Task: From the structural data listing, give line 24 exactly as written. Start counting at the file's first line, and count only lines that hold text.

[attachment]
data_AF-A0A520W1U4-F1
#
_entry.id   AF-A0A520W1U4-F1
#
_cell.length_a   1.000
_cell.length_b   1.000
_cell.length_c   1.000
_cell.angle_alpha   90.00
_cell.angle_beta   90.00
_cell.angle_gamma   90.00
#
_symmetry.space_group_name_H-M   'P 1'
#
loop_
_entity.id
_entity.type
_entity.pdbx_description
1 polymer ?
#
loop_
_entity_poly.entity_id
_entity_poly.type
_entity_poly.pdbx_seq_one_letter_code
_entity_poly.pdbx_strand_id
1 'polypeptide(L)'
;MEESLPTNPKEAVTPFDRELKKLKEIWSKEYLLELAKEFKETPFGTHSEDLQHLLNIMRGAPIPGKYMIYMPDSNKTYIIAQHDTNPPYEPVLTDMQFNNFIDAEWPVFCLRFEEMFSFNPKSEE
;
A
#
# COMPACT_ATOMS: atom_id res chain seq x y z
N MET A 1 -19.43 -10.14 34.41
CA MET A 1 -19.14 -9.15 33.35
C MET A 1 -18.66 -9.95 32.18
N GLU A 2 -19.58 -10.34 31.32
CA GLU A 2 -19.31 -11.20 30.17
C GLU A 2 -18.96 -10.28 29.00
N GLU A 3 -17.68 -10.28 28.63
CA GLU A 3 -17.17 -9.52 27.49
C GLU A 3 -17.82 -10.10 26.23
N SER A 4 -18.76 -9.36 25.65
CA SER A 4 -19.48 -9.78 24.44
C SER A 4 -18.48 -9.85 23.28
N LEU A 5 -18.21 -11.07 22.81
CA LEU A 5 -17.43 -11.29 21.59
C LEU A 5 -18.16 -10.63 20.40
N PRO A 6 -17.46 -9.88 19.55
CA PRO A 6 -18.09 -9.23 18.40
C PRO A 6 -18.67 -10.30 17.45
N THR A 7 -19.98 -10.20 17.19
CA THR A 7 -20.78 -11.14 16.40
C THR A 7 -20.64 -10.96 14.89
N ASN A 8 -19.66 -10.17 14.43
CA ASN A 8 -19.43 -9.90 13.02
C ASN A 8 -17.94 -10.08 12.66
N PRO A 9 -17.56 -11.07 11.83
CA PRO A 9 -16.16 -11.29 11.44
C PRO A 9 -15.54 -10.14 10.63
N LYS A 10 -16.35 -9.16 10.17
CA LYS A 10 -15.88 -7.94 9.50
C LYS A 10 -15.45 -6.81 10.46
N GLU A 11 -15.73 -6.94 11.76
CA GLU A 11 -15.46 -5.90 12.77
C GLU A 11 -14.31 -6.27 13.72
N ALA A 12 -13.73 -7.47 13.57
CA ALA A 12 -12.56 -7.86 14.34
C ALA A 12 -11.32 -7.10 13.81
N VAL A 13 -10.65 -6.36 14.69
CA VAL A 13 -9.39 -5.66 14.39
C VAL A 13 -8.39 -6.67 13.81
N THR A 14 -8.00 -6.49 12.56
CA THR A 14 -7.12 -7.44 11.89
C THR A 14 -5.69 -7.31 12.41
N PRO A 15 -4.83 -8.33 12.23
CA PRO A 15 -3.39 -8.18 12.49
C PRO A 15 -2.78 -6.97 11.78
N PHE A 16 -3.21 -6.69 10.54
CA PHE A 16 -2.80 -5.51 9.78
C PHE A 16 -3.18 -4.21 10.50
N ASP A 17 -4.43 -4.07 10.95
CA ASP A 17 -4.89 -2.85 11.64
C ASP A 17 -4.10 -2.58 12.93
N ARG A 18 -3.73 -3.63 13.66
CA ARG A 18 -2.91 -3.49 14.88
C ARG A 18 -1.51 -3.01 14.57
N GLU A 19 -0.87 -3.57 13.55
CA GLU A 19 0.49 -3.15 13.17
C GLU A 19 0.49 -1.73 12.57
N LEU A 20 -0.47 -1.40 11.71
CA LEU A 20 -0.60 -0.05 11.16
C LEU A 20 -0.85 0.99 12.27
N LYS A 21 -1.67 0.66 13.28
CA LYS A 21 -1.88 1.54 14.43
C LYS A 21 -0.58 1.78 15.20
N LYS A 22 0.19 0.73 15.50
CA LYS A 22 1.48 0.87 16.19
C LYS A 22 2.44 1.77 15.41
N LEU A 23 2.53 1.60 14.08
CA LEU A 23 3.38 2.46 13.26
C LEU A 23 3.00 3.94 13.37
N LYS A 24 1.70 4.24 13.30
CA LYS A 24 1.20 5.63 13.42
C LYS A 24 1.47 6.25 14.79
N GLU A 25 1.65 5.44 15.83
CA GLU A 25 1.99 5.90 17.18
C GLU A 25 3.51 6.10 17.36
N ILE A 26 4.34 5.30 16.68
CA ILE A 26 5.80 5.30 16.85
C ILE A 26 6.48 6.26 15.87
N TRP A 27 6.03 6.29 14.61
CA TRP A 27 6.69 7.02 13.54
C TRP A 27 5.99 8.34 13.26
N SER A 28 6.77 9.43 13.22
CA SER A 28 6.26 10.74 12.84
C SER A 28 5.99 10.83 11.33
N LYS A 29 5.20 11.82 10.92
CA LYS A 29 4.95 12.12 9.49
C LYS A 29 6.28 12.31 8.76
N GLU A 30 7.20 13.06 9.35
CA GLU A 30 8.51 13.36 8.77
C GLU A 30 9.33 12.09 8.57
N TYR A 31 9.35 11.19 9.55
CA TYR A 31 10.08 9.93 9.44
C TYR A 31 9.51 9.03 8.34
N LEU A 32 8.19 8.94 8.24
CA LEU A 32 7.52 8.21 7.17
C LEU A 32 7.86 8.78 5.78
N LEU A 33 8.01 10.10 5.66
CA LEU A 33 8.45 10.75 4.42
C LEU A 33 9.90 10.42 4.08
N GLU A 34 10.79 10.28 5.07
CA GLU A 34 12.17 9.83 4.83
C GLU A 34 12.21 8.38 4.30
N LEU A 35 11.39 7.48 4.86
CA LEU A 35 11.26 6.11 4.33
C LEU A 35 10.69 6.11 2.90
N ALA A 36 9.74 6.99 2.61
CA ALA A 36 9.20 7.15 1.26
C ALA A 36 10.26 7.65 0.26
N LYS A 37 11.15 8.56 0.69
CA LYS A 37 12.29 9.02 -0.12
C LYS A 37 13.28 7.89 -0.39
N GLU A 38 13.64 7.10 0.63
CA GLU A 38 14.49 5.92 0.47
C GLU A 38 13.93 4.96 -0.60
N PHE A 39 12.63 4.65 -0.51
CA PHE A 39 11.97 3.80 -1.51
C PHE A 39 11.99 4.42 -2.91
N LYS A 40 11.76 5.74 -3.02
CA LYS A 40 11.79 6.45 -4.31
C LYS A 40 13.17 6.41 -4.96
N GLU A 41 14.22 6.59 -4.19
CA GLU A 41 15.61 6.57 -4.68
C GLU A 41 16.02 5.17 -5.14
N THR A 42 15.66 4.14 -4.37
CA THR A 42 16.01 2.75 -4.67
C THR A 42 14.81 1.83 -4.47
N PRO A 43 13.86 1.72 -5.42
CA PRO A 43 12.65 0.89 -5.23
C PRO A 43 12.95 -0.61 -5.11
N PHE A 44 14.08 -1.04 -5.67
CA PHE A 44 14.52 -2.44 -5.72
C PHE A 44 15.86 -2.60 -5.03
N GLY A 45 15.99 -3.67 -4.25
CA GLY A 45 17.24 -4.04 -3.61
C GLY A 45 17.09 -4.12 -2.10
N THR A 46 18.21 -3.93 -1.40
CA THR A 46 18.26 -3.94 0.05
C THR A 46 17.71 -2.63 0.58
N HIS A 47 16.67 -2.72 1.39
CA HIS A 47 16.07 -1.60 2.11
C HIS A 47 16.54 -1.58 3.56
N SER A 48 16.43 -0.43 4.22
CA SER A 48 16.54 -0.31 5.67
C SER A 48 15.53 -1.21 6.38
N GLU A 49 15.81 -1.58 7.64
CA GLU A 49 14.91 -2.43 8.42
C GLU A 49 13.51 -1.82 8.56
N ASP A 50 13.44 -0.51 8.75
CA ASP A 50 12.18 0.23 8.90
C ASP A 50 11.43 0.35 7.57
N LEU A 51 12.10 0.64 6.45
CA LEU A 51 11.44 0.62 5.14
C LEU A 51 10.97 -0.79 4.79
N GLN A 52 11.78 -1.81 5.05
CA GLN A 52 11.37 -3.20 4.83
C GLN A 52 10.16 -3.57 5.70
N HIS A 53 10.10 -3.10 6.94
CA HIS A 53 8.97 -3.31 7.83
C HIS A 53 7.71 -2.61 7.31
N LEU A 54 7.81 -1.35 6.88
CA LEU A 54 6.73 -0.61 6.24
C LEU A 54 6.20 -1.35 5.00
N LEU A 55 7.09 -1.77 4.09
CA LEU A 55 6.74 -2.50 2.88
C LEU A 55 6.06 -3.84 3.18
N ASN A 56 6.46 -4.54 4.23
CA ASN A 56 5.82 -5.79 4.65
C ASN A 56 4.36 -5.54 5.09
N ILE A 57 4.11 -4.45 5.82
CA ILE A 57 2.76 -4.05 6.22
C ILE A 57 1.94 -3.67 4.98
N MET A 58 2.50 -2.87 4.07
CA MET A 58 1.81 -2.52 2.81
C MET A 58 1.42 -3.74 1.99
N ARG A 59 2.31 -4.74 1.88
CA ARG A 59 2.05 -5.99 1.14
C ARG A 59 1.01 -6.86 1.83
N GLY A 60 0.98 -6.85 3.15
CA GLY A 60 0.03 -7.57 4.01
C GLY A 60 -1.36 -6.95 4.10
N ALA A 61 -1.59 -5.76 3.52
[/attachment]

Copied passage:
_entity_poly.pdbx_strand_id